The Beginner’s Guide to Getting Into Fitness Cycling

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The Fitness Cycling Lowdown

Looking to switch up your same boring workout routine? Looking to get into fitness cycling? Check out this article that will help you get started fitness cycling and adding excitement back into your routine!

Fitness cycling beginner tips

Is your fitness routine taking you places, or do you feel like you’re just running on a treadmill?

Or perhaps in circles around the same track every day? If you are getting bored at the gym, consider hopping on a bicycle. Cycling is a fast and fun form of exercise that burns more calories than walking and puts less stress on your joints. Cycling can also be practical. Choosing a bicycle instead of a car or public transportation also saves money and is good for the environment.

Like Riding a Bike

The Beginner's Guide to Getting Into Fitness CyclingIt’s a common misconception that riding a bike again for the first time since you were a child is easy. If it’s been awhile, you may need to start slow and get your bearings before hitting the trail or the open road.

If you never learned to ride a bike, it’s not too late. Get a friend or family member to teach you or search for videos and tutorials online.

Choosing a Bike

If your cycling consists of leisurely rides around town, a cruiser is perfect for you. Cruisers may be the best choice for a novice, but keep in mind that you will quickly out-grow this bike if your goal is fitness. A road bike is best if you plan to ride long distances or get serious exercise.

If you live in an area with dirt or gravel roads or you plan to bike on trails, a mountain bike is the way to go (get a full bike breakdown here).

The next most important step, after choosing the type of bike for your needs, is to make sure it’s the right size. The frame size of most bikes is the measurement, in inches, from the crank (what the pedals are attached to) and the seat clamp.

If you have chosen a cruiser, finding something that’s comfortable should be enough for your needs. Mountain and road bike sizing requires a bit more attention. To avoid injury and maintain maximum control, it’s important to have a correctly sized bike.

A good rule of thumb is to have your bike seat at a height that leaves a slight bend in the knee at the bottom of the pedal stroke, and a frame size that leaves one to three inches of clearance between the tube and your inseam when you straddle the bike. But length of the bike frame, height of the frame, and the diameter of the wheels must also be considered.

Before getting into serious bike exercise, it’s best to consult your local bike shop for a proper fitting. This will help you avoid back, neck, and shoulder pain, and help keep your exercise enjoyable.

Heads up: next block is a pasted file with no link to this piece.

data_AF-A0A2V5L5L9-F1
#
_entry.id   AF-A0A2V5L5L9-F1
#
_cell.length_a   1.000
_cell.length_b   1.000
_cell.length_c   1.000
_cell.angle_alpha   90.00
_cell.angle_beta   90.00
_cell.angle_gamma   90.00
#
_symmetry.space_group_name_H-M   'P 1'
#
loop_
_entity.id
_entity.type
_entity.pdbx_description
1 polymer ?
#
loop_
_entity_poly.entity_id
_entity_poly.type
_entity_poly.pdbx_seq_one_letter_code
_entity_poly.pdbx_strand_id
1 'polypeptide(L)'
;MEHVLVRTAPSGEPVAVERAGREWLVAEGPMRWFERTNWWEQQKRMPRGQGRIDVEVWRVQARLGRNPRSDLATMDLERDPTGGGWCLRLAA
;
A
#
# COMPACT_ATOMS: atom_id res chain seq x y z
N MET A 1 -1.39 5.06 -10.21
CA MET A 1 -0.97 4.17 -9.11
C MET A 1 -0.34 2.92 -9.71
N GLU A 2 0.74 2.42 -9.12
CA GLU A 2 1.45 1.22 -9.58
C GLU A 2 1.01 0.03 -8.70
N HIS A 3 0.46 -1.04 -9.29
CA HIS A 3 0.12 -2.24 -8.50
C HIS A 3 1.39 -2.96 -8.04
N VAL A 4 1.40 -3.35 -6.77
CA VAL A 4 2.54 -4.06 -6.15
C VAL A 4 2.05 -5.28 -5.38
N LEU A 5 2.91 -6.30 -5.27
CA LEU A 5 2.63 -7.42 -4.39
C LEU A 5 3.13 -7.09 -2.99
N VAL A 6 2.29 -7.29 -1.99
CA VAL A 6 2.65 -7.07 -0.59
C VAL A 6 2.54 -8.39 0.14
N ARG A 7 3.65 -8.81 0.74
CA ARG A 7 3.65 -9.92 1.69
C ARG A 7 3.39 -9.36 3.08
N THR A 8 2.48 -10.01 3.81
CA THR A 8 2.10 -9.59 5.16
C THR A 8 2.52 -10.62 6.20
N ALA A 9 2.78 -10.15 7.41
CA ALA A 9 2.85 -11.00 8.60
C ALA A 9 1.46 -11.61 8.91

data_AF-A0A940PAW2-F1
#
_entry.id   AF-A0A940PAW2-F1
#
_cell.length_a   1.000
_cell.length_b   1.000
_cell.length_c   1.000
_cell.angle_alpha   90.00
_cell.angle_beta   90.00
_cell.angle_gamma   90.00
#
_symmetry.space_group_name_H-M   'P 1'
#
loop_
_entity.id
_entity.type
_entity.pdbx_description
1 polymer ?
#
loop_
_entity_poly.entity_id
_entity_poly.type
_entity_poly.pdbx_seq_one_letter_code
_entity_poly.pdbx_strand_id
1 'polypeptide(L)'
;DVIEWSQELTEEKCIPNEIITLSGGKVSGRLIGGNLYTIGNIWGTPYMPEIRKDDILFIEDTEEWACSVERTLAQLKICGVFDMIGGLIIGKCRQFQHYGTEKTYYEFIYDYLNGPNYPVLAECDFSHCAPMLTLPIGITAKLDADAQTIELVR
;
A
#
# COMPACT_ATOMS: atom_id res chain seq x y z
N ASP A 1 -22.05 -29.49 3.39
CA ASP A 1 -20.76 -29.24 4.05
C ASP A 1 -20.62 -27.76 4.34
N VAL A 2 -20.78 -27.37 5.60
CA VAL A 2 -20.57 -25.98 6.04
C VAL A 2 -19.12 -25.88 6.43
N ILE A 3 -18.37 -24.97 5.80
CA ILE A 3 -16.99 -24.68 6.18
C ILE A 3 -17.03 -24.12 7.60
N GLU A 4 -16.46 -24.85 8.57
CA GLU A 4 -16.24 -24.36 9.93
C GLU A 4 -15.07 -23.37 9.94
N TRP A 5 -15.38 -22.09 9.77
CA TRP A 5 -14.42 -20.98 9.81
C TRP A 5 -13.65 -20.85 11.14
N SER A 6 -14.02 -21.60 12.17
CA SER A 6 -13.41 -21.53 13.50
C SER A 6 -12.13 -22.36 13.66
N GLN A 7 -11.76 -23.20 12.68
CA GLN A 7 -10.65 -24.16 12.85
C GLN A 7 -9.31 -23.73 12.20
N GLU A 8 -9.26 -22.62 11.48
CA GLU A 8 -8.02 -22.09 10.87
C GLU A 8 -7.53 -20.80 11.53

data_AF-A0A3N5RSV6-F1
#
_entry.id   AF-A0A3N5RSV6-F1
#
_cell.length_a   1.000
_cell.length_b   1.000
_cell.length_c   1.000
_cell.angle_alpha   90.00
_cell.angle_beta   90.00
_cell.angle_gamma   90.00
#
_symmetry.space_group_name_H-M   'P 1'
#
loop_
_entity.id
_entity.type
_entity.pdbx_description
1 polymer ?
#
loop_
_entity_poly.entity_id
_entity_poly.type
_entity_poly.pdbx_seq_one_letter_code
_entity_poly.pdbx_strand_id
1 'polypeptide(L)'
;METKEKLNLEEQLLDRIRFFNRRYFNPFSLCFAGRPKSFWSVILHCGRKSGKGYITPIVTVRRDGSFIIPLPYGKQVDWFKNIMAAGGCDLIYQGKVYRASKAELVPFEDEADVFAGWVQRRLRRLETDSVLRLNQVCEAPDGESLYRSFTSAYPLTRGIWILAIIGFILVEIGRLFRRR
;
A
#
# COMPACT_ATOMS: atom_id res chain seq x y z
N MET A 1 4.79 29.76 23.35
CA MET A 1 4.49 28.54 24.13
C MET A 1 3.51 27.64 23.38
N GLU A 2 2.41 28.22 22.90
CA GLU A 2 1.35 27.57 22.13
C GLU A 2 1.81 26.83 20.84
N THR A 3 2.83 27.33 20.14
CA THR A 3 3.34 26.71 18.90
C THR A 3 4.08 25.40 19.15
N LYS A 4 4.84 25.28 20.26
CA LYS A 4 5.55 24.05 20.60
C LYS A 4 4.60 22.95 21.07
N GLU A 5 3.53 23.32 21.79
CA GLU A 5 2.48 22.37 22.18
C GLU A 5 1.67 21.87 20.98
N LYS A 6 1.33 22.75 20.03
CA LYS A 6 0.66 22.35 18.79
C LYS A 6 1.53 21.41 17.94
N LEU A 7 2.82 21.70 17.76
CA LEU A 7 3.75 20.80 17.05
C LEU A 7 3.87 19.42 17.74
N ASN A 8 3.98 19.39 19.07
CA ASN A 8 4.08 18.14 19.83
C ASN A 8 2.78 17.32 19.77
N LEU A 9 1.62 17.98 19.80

Finding a Route

Where you cycle can have a big impact on how much you enjoy the experience. Before choosing a route, write down some of your cycling goals. Do you want to start biking to work, start getting around town, or do you want to do it because it’s the ultimate form of exercise?

The Beginner's Guide to Getting Into Fitness Cycling bikeNo matter your goal, you should work toward them in stages. If you want to bike to work, choose a shorter route to practice on first, and gradually increase the distance until you’re confident. For exercise, don’t be afraid to push yourself, and set challenges.

Vary the route regularly, increase the distance, add some hills, and you’ll be surprised where cycling can take you.

Cycling Safety

Bicycling comes with more safety risks than stationary forms of exercise like spinning or walking on a treadmill. When riding on roads with cars and pedestrians, make sure you are up to date on all local traffic rules. Many states consider bicycles vehicles, and they are subject to the same rules as automobiles. Check with your state’s DMV for information on bicycle traffic laws.

Ride in designated bike lanes whenever possible and avoid busy streets with fast-moving traffic.

Whether you are cycling on a city street or a mountain trail, safety equipment is a must (make sure to change-up your cycling routine). Never ride without wearing your bike helmet. Knee and elbow pads are not necessary, but they are a good idea if you fall or crash often. Use reflectors or lights when cycling at night.

Before you leave, make sure that someone knows your route and when to expect you to return, and never go out without a way to contact help.

Wrap-Up

Whenever and wherever you ride, fitness cycling is an effective form of exercise, transportation and entertainment rolled into one package.

Grab a bike, get fit and get going!

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